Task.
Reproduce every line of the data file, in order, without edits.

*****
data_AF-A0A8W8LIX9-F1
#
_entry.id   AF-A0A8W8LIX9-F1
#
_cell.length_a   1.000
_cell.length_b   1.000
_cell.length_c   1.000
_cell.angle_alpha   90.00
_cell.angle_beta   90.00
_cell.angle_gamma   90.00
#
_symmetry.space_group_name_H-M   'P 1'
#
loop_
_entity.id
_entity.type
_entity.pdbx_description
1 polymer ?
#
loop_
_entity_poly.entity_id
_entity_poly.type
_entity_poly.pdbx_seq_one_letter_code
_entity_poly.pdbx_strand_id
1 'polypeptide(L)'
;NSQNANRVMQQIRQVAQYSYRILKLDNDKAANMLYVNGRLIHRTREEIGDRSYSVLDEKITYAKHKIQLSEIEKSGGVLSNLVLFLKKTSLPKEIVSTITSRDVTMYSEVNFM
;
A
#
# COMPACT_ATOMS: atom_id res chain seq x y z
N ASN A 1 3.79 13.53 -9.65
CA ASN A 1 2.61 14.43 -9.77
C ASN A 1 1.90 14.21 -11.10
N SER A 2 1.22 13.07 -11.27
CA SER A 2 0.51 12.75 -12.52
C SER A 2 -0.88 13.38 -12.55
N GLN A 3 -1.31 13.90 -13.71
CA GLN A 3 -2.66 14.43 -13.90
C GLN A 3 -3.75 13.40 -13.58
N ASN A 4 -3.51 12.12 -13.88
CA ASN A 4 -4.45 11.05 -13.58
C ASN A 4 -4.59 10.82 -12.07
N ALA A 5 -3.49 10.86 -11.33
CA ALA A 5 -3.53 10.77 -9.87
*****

data_AF-A0A8W8LIX9-F1
#
_entry.id   AF-A0A8W8LIX9-F1
#
_cell.length_a   1.000
_cell.length_b   1.000
_cell.length_c   1.000
_cell.angle_alpha   90.00
_cell.angle_beta   90.00
_cell.angle_gamma   90.00
#
_symmetry.space_group_name_H-M   'P 1'
#
loop_
_entity.id
_entity.type
_entity.pdbx_description
1 polymer ?
#
loop_
_entity_poly.entity_id
_entity_poly.type
_entity_poly.pdbx_seq_one_letter_code
_entity_poly.pdbx_strand_id
1 'polypeptide(L)'
;NSQNANRVMQQIRQVAQYSYRILKLDNDKAANMLYVNGRLIHRTREEIGDRSYSVLDEKITYAKHKIQLSEIEKSGGVLSNLVLFLKKTSLPKEIVSTITSRDVTMYSEVNFM
;
A
#
# COMPACT_ATOMS: atom_id res chain seq x y z
N ASN A 1 3.79 13.53 -9.65
CA ASN A 1 2.61 14.43 -9.77
C ASN A 1 1.90 14.21 -11.10
N SER A 2 1.22 13.07 -11.27
CA SER A 2 0.51 12.75 -12.52
C SER A 2 -0.88 13.38 -12.55
N GLN A 3 -1.31 13.90 -13.71
CA GLN A 3 -2.66 14.43 -13.90
C GLN A 3 -3.75 13.40 -13.58
N ASN A 4 -3.51 12.12 -13.88
CA ASN A 4 -4.45 11.05 -13.58
C ASN A 4 -4.59 10.82 -12.07
N ALA A 5 -3.49 10.86 -11.33
CA ALA A 5 -3.53 10.77 -9.87